In accordance with a preferable embodiment of the present invention, the discharge chute is vertically turnable about a horizontal axis. Therefore it can be lowered in the street operation and can be displaced upwardly and further turned during the chopper operation of the chopping product for overloading.
In accordance with a variant of the present invention which has a simple construction and excludes collisions, the operator's cabin and the upper discharge chute can be movable in the same direction to different positions around the lower discharge chute.
For avoiding the danger of collision between the turnable operator's cabin and the longitudinally-changing upper discharge chute, the movements of the operator's cabin and the upper discharge chute are advantageously coupled with one another.
In accordance with the present invention, the movement of the upper discharge chute is limited by an abutment. It is therefore guaranteed that on one hand a flexibly designed overloading region can be covered and on the other hand collisions with further components are avoided.
The operator's cabin in the street operating position is arranged advantageously substantially centrally between the axle units. In this position the vibrations which can act on the operator are reduced.
In accordance with a further embodiment of the present invention, the operator's cabin is arranged near the lower discharge chute. In this position the operator has the best view of the upper discharge chute.
Alternatively, the operator's cabin can be mounted displaceably on a displacement guide and simultaneously can be supported turnably about a vertical axis. In this case it is possible that the cabin can move completely around the lower discharge chute.
In accordance with one embodiment of the displacement guide, the rotary axis of the upper discharge chute and the movement center point of the displacement guide are coaxial. The upper discharge chute and the cabin move advantageously around a common center.
In the above mentioned variant, preferably a joint arm is articulately connected between the displacement guide and the operator's cabin. This provides for a high flexibility in the position change.
For uniform distribution of the load of the chopper, the functional component groups and/or the front attachment in the region of the first axle unit are arranged on the chassis and simultaneously the drive unit is arranged in the region of a further axle unit. This arrangement positively influences the traveling comfort, since it provides an advantageous weight distribution on the forest harvester. The center of gravity of the drive unit is located in the vicinity to the further axle unit so that the forage harvester travels tilting-free in an inclined position.
In accordance with a further embodiment of the present invention, the functional component groups are formed by a drawing-in chute and the lower discharge chute.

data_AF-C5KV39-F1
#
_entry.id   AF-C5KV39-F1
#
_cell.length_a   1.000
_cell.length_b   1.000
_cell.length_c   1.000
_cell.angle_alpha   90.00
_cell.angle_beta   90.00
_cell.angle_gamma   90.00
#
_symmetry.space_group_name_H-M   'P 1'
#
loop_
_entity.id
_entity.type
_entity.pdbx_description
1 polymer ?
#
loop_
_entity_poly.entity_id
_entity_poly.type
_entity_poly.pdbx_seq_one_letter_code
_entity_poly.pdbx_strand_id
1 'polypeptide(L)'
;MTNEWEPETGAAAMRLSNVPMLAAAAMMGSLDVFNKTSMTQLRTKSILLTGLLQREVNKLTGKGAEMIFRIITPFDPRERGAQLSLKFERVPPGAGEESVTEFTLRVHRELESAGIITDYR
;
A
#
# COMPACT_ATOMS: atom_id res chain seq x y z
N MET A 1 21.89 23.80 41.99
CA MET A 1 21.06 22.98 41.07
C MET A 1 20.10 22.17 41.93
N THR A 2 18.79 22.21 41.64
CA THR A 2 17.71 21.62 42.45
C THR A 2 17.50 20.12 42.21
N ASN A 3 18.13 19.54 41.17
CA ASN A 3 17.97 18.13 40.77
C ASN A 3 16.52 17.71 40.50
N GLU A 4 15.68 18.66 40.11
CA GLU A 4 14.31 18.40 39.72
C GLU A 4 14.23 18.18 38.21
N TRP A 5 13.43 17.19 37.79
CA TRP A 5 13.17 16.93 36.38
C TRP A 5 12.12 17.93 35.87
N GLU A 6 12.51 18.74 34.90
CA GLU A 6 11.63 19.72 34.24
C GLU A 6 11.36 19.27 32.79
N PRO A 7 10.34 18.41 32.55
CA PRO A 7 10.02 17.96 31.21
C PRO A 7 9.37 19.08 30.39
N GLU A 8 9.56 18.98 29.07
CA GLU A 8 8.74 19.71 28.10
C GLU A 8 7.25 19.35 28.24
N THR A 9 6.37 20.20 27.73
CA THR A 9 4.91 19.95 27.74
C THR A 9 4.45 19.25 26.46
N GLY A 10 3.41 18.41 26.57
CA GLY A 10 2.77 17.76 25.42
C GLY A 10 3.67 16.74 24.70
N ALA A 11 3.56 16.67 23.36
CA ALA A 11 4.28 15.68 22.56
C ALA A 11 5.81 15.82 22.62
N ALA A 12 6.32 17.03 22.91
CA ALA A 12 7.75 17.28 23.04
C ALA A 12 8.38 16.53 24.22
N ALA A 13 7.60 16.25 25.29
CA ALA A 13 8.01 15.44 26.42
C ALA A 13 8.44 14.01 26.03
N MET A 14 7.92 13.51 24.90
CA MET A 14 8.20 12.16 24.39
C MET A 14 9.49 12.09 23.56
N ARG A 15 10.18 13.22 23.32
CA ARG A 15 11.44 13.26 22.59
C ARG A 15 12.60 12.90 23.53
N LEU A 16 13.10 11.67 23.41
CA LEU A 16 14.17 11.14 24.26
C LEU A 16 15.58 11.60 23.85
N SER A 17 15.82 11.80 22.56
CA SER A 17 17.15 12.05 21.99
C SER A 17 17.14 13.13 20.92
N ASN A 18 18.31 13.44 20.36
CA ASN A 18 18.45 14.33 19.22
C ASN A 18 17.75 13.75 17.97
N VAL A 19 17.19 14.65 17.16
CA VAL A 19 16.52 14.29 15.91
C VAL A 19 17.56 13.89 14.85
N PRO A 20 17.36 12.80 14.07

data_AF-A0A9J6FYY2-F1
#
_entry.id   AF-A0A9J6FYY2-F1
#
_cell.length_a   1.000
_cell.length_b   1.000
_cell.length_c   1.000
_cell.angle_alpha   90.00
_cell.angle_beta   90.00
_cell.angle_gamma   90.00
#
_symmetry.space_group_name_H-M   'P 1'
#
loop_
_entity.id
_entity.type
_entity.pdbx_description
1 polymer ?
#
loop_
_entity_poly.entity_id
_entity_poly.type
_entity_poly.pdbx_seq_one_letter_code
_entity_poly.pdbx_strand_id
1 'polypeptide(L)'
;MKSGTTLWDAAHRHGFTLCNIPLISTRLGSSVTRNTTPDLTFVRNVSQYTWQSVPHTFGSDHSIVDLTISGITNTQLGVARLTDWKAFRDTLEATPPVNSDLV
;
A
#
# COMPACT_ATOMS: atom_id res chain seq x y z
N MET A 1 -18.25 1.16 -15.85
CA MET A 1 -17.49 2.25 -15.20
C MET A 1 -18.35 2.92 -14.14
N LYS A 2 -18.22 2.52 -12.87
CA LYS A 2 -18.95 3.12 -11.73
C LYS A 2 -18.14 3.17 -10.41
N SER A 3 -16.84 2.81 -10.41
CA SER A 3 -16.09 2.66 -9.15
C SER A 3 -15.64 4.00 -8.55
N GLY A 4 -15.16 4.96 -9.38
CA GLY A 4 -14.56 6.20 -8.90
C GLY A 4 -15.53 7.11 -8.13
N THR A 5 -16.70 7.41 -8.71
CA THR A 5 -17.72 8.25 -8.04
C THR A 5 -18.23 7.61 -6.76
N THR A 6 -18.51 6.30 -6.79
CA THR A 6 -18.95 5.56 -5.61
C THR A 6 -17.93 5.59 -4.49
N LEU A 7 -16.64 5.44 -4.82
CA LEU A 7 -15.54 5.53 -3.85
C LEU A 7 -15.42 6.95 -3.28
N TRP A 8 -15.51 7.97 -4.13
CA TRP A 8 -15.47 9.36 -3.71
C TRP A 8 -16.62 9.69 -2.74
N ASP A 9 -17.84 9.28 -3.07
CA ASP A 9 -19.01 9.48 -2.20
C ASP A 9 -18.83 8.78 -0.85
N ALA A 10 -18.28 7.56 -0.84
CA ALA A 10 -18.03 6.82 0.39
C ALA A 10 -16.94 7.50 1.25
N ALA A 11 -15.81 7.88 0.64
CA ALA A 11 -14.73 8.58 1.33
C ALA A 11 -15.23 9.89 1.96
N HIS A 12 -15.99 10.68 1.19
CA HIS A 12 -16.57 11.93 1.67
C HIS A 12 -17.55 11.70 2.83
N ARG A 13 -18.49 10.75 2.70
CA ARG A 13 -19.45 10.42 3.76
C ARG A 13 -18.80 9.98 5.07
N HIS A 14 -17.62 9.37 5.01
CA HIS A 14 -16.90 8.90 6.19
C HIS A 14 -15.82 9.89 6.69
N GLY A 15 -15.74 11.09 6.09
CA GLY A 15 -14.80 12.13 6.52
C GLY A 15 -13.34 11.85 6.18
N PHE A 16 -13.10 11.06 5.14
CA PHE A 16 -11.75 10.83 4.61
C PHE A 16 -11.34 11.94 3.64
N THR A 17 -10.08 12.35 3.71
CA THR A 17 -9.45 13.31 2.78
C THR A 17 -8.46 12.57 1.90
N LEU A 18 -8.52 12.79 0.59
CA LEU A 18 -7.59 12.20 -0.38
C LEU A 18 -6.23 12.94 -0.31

In a further embodiment of this design, the lower discharge chute has a plurality of working elements. The working elements in this embodiment can include a chopper drum, a corn cracker and a post-accelerator.
In a further embodiment of this variant, the drawing-in chute has a plurality of compression rolls.
The drive unit of the inventive forage harvester in the present embodiment is composed of a motor, a transmission and a cooler.
In order to move the center of gravity of the front attachment closer to the supporting frame, the front attachment in a transporting position is turnable at least partially in the region of the position of the cabin in the chopper operative position.
The novel features which are considered as characteristic for the present invention are set forth in particular in the appended claims. The invention itself, however, both as to its construction and its method of operation, together with additional objects and advantages thereof, will be best understood from the following description of specific embodiments when read in connection with the accompanying drawings.
A forage harvester in
In a street operational position 31 the operator's cabin 30 is located between substantially a first axle unit 12 and the lower discharge chute 46, and the view of the operator for controlling is oriented in direction of the first axle 12. The operator's cabin 30 is placed on a turning device 50 which is turnable horizontally about a vertical pivot axis of rotation 51. The turning device 50 is formed as a longitudinally-displaceable straight turning arm 55 with an outer end, on which the operator's cabin 30 is supported turnably around the vertical turning axis of rotation 53. The axis of rotation 51 and the turning device 50 are located forwardly of the lower discharge chute, so that during turning of the operator's cabin over 180° around the lower discharge chute 46, neither the operator's cabin 30 nor the turning device 50 contact the lower discharge chute 46 or exceed a safety distance.
A rotatable upper discharge chute 48 is flanged on the lower discharge chute 46 rotatably around a vertical axis of rotation 49 with a rotary rim 47. The upper discharge chute 48 is additionally adjustable in its height around the horizontal axis 58. The upper discharge chute 48 is adjusted in a street operating position 60 in direction of a front axle unit 11.